Immigration

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Installment Three – Immigration

I was planning to write this time about CO2, the second monster threat to human existence that winners are failing to address. However, the immigration crisis in Europe has leaped ahead of global warming in the news and in my heart. As a decent human being, I am so upset, I can’t help turning to it now.

First, let’s be clear. The refugee problem is caused by winners, that is, by people who compete to win something at the expense of someone else. Some are competing for oil and other resources, some for money, some for territory, some for status, and some are just happy selling arms to all the sundry would-be winners. To be fair, most of the competitors probably do sincerely believe they are good while someone else is bad and, therefore, should be killed. Winners are quick to think someone else should be killed.

For the most part, it’s winners competing to win oil in the Middle East who are causing the violence, chaos, and misery that have sent all those refugees to Europe. If, instead of blazing away with guns and bombs, world leaders had gotten together at any point to talk like decent human beings about how much oil is left, who needs it for what, how to share it, how to share the proceeds, and how to safely and quickly transition to a post-petroleum society, no refugees would be streaming into Europe. It is the catastrophic effort to win rather than solve problems that turns ordinary people into refugees.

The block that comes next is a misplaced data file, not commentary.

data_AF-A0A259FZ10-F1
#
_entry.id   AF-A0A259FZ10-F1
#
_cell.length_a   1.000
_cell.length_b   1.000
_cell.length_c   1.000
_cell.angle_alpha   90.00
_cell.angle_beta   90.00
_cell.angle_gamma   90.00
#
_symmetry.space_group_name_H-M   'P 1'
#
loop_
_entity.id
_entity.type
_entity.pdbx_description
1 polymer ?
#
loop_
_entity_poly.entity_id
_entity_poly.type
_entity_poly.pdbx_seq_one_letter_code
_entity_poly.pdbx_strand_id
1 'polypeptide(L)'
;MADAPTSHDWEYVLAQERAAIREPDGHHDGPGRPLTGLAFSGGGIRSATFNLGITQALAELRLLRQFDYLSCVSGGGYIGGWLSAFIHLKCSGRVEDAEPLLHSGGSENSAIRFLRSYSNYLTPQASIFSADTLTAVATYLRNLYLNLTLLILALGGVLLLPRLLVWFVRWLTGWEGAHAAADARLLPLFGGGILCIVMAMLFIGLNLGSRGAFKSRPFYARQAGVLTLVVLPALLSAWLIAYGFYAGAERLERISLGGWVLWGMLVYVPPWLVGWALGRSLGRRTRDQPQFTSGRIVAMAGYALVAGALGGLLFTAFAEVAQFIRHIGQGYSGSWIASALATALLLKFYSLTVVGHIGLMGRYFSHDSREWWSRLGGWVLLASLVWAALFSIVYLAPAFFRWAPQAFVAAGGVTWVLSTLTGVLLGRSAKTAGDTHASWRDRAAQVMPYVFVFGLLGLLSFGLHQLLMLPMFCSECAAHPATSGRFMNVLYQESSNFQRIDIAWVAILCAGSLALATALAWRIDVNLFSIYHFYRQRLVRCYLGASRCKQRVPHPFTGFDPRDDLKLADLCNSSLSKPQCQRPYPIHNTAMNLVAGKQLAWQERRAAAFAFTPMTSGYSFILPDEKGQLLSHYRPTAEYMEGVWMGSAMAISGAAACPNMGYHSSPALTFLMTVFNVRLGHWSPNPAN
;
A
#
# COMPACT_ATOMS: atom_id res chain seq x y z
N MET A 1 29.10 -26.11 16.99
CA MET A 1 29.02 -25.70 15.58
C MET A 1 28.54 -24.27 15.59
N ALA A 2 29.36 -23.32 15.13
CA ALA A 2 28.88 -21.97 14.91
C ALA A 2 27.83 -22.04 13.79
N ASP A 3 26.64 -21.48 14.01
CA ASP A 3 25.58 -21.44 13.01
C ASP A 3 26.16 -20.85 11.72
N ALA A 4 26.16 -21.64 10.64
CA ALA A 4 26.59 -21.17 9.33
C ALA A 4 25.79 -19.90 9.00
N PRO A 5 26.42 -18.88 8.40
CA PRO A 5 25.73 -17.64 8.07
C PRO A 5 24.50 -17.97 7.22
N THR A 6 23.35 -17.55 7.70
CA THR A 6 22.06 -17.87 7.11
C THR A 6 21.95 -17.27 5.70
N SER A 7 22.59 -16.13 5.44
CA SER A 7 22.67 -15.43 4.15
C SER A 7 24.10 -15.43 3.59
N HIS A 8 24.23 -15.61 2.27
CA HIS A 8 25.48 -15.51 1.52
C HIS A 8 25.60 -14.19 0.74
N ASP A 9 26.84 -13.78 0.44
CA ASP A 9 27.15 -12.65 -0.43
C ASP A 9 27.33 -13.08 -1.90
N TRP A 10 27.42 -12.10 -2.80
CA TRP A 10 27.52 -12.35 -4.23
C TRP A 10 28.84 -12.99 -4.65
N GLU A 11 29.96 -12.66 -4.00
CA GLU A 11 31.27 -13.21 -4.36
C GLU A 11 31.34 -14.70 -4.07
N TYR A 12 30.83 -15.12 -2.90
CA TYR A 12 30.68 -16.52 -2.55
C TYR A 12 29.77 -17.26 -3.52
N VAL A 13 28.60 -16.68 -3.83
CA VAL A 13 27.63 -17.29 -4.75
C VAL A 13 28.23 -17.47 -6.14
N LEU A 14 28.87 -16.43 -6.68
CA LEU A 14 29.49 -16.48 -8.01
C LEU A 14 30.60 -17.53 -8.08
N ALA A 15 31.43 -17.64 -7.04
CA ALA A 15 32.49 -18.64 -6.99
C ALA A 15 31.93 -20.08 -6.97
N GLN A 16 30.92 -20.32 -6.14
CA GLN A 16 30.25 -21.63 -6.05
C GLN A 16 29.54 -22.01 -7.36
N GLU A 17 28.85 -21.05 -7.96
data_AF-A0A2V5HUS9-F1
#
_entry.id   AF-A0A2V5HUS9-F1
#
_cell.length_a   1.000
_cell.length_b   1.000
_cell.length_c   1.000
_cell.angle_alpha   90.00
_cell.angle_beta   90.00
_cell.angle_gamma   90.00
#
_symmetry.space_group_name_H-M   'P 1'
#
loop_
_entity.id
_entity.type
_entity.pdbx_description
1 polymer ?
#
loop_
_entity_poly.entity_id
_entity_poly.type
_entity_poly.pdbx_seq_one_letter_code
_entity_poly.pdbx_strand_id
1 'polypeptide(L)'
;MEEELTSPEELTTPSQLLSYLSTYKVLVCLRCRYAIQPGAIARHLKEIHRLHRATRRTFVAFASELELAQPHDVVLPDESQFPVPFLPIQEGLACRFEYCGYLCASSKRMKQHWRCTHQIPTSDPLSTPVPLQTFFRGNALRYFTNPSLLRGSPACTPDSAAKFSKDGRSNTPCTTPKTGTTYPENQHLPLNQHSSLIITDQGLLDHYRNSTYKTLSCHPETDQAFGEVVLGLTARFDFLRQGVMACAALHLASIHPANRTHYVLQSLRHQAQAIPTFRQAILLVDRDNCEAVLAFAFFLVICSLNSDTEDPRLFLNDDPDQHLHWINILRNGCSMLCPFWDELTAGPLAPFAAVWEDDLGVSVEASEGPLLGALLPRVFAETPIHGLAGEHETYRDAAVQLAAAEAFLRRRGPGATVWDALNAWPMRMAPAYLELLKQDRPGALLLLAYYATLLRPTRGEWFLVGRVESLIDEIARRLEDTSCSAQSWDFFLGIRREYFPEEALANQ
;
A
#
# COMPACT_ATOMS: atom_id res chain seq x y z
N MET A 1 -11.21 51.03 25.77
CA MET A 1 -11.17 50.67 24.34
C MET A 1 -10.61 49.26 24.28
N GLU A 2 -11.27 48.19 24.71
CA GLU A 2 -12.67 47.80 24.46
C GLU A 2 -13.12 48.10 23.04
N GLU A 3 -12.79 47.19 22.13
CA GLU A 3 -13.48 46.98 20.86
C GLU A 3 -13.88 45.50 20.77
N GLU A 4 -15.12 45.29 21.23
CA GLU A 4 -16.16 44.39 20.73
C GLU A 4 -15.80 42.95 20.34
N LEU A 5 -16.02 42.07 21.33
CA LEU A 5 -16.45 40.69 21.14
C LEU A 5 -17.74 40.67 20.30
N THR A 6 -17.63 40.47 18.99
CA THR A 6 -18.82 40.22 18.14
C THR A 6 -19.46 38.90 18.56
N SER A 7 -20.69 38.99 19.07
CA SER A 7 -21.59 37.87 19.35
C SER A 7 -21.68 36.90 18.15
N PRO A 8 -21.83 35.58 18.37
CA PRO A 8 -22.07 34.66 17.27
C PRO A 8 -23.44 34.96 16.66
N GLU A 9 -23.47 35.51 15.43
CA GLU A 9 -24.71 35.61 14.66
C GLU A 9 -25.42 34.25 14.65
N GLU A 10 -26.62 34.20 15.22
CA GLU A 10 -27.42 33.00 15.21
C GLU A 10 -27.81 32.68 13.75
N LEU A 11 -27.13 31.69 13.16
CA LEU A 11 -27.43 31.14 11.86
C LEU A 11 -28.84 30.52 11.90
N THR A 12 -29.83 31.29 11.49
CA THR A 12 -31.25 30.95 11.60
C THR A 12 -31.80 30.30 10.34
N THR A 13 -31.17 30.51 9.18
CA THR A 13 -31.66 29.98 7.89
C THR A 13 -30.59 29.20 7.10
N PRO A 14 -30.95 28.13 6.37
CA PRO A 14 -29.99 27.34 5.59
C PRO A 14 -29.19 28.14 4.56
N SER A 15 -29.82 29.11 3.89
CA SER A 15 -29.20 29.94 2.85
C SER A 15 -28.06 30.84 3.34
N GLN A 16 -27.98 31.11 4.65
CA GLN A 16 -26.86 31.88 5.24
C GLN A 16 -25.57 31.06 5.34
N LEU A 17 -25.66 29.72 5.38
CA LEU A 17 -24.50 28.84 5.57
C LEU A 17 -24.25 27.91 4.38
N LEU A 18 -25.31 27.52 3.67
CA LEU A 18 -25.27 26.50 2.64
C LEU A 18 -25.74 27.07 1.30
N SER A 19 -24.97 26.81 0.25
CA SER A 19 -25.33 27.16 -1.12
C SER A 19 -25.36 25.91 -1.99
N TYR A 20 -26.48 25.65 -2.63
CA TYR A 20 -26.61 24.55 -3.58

And now, winners are applying the same winning (and losing) philosophy to solving the refugee problem. Some want to let all the refugees in and take good care of them. Some want to build walls and fences to keep them out. Some are putting them in jail. Some are compromising by setting quotas. Americans are hiding out on the other side of the Atlantic hoping the refugees won’t get there. What is not happening is a series of conferences that include all the stakeholders, including the refugees and the official and unofficial leaders in the countries they are escaping. What is not happening is a comprehensive effort to identify the root problems and solve those problems to the benefit of all involved.

This kind of conflict resolution effort is not taking place because our societies (in and out of the war zones) are still so completely dominated by winners. Even the nice people who want to accept all the refugees and take care of them are focused on trying to win. Yes, they are trying to win for the sake of others, which is nice, but they are appalled and disgusted by the people who want to keep the refugees out and have made no effort to include those people in any problem-solving effort.

In Germany, President Merkel has been great, from the point of view of the refugee accepters. She is willing to accept 500,000 of them. But what if 510,000 of them show up at her door? What will she do then? Send the extra 10,000 home? More importantly, she is seriously infuriating the German Nazis, and we know how dangerous those folks can be. In fact, although Hungary is the most overtly closed nation in Europe at the moment, all European nations have substantial right wing parties that could very well use this refugee issue to grow in numbers and power.